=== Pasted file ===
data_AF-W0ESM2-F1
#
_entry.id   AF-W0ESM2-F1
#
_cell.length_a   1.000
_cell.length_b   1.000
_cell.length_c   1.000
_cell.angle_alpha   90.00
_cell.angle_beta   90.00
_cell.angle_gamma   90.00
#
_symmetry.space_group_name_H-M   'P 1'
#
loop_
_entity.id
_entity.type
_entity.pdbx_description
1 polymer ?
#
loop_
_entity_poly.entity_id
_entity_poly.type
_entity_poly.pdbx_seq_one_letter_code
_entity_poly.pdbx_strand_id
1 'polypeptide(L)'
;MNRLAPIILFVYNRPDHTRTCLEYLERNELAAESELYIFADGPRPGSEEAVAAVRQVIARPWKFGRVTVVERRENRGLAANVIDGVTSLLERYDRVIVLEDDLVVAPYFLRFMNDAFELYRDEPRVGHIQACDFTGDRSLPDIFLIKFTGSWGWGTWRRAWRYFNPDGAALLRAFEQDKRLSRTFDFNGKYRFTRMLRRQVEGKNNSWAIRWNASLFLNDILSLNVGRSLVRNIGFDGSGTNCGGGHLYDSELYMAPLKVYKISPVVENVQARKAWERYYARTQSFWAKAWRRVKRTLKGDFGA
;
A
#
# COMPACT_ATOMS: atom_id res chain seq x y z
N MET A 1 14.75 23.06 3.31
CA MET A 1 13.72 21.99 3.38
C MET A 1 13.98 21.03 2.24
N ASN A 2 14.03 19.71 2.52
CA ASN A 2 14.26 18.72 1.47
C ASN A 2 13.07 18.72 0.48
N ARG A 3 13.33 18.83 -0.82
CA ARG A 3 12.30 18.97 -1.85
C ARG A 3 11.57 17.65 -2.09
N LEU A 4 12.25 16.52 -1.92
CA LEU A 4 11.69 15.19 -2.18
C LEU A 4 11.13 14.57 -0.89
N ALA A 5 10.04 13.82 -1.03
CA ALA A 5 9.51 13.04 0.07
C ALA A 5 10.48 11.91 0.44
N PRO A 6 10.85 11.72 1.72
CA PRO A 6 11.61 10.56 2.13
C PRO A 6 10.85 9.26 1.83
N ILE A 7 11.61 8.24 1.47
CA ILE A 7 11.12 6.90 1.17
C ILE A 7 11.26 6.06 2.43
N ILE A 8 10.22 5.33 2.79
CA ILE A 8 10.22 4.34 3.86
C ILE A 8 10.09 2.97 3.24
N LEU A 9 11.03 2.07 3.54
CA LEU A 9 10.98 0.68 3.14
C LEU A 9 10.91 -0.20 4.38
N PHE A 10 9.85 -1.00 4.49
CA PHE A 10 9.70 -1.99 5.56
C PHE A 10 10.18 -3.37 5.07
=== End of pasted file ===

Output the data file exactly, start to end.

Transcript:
data_AF-W0ESM2-F1
#
_entry.id   AF-W0ESM2-F1
#
_cell.length_a   1.000
_cell.length_b   1.000
_cell.length_c   1.000
_cell.angle_alpha   90.00
_cell.angle_beta   90.00
_cell.angle_gamma   90.00
#
_symmetry.space_group_name_H-M   'P 1'
#
loop_
_entity.id
_entity.type
_entity.pdbx_description
1 polymer ?
#
loop_
_entity_poly.entity_id
_entity_poly.type
_entity_poly.pdbx_seq_one_letter_code
_entity_poly.pdbx_strand_id
1 'polypeptide(L)'
;MNRLAPIILFVYNRPDHTRTCLEYLERNELAAESELYIFADGPRPGSEEAVAAVRQVIARPWKFGRVTVVERRENRGLAANVIDGVTSLLERYDRVIVLEDDLVVAPYFLRFMNDAFELYRDEPRVGHIQACDFTGDRSLPDIFLIKFTGSWGWGTWRRAWRYFNPDGAALLRAFEQDKRLSRTFDFNGKYRFTRMLRRQVEGKNNSWAIRWNASLFLNDILSLNVGRSLVRNIGFDGSGTNCGGGHLYDSELYMAPLKVYKISPVVENVQARKAWERYYARTQSFWAKAWRRVKRTLKGDFGA
;
A
#
# COMPACT_ATOMS: atom_id res chain seq x y z
N MET A 1 14.75 23.06 3.31
CA MET A 1 13.72 21.99 3.38
C MET A 1 13.98 21.03 2.24
N ASN A 2 14.03 19.71 2.52
CA ASN A 2 14.26 18.72 1.47
C ASN A 2 13.07 18.72 0.48
N ARG A 3 13.33 18.83 -0.82
CA ARG A 3 12.30 18.97 -1.85
C ARG A 3 11.57 17.65 -2.09
N LEU A 4 12.25 16.52 -1.92
CA LEU A 4 11.69 15.19 -2.18
C LEU A 4 11.13 14.57 -0.89
N ALA A 5 10.04 13.82 -1.03
CA ALA A 5 9.51 13.04 0.07
C ALA A 5 10.48 11.91 0.44
N PRO A 6 10.85 11.72 1.72
CA PRO A 6 11.61 10.56 2.13
C PRO A 6 10.85 9.26 1.83
N ILE A 7 11.61 8.24 1.47
CA ILE A 7 11.12 6.90 1.17
C ILE A 7 11.26 6.06 2.43
N ILE A 8 10.22 5.33 2.79
CA ILE A 8 10.22 4.34 3.86
C ILE A 8 10.09 2.97 3.24
N LEU A 9 11.03 2.07 3.54
CA LEU A 9 10.98 0.68 3.14
C LEU A 9 10.91 -0.20 4.38
N PHE A 10 9.85 -1.00 4.49
CA PHE A 10 9.70 -1.99 5.56
C PHE A 10 10.18 -3.37 5.07